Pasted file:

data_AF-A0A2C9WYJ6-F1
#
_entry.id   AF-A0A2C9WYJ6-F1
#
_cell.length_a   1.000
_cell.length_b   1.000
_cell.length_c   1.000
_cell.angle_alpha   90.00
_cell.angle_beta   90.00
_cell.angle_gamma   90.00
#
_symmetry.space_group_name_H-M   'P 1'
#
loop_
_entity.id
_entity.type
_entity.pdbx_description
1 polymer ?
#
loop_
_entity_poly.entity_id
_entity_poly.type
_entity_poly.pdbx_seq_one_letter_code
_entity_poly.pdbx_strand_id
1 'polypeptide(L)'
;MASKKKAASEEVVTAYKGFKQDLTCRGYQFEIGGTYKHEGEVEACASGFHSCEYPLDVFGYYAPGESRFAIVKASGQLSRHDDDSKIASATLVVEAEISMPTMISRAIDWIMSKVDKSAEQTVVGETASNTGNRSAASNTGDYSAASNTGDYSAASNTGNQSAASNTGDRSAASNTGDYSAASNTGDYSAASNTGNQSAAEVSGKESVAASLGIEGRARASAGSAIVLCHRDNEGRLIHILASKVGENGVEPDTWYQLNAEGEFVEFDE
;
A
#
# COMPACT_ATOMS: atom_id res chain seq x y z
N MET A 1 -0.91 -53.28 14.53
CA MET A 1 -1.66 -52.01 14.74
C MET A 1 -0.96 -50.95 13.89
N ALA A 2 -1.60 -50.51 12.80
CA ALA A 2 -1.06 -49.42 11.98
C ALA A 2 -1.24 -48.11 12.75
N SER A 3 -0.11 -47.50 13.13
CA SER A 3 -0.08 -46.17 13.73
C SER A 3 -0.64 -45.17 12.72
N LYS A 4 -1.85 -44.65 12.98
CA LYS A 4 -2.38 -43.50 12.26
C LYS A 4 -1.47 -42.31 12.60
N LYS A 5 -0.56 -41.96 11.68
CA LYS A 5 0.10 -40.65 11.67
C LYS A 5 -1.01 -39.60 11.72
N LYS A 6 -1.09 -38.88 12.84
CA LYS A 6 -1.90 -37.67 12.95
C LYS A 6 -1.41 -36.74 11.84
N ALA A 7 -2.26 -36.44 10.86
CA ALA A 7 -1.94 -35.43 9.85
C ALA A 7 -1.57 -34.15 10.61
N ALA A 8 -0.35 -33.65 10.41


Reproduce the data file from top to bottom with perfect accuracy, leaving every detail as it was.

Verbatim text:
data_AF-A0A2C9WYJ6-F1
#
_entry.id   AF-A0A2C9WYJ6-F1
#
_cell.length_a   1.000
_cell.length_b   1.000
_cell.length_c   1.000
_cell.angle_alpha   90.00
_cell.angle_beta   90.00
_cell.angle_gamma   90.00
#
_symmetry.space_group_name_H-M   'P 1'
#
loop_
_entity.id
_entity.type
_entity.pdbx_description
1 polymer ?
#
loop_
_entity_poly.entity_id
_entity_poly.type
_entity_poly.pdbx_seq_one_letter_code
_entity_poly.pdbx_strand_id
1 'polypeptide(L)'
;MASKKKAASEEVVTAYKGFKQDLTCRGYQFEIGGTYKHEGEVEACASGFHSCEYPLDVFGYYAPGESRFAIVKASGQLSRHDDDSKIASATLVVEAEISMPTMISRAIDWIMSKVDKSAEQTVVGETASNTGNRSAASNTGDYSAASNTGDYSAASNTGNQSAASNTGDRSAASNTGDYSAASNTGDYSAASNTGNQSAAEVSGKESVAASLGIEGRARASAGSAIVLCHRDNEGRLIHILASKVGENGVEPDTWYQLNAEGEFVEFDE
;
A
#
# COMPACT_ATOMS: atom_id res chain seq x y z
N MET A 1 -0.91 -53.28 14.53
CA MET A 1 -1.66 -52.01 14.74
C MET A 1 -0.96 -50.95 13.89
N ALA A 2 -1.60 -50.51 12.80
CA ALA A 2 -1.06 -49.42 11.98
C ALA A 2 -1.24 -48.11 12.75
N SER A 3 -0.11 -47.50 13.13
CA SER A 3 -0.08 -46.17 13.73
C SER A 3 -0.64 -45.17 12.72
N LYS A 4 -1.85 -44.65 12.98
CA LYS A 4 -2.38 -43.50 12.26
C LYS A 4 -1.47 -42.31 12.60
N LYS A 5 -0.56 -41.96 11.68
CA LYS A 5 0.10 -40.65 11.67
C LYS A 5 -1.01 -39.60 11.72
N LYS A 6 -1.09 -38.88 12.84
CA LYS A 6 -1.90 -37.67 12.95
C LYS A 6 -1.41 -36.74 11.84
N ALA A 7 -2.26 -36.44 10.86
CA ALA A 7 -1.94 -35.43 9.85
C ALA A 7 -1.57 -34.15 10.61
N ALA A 8 -0.35 -33.65 10.41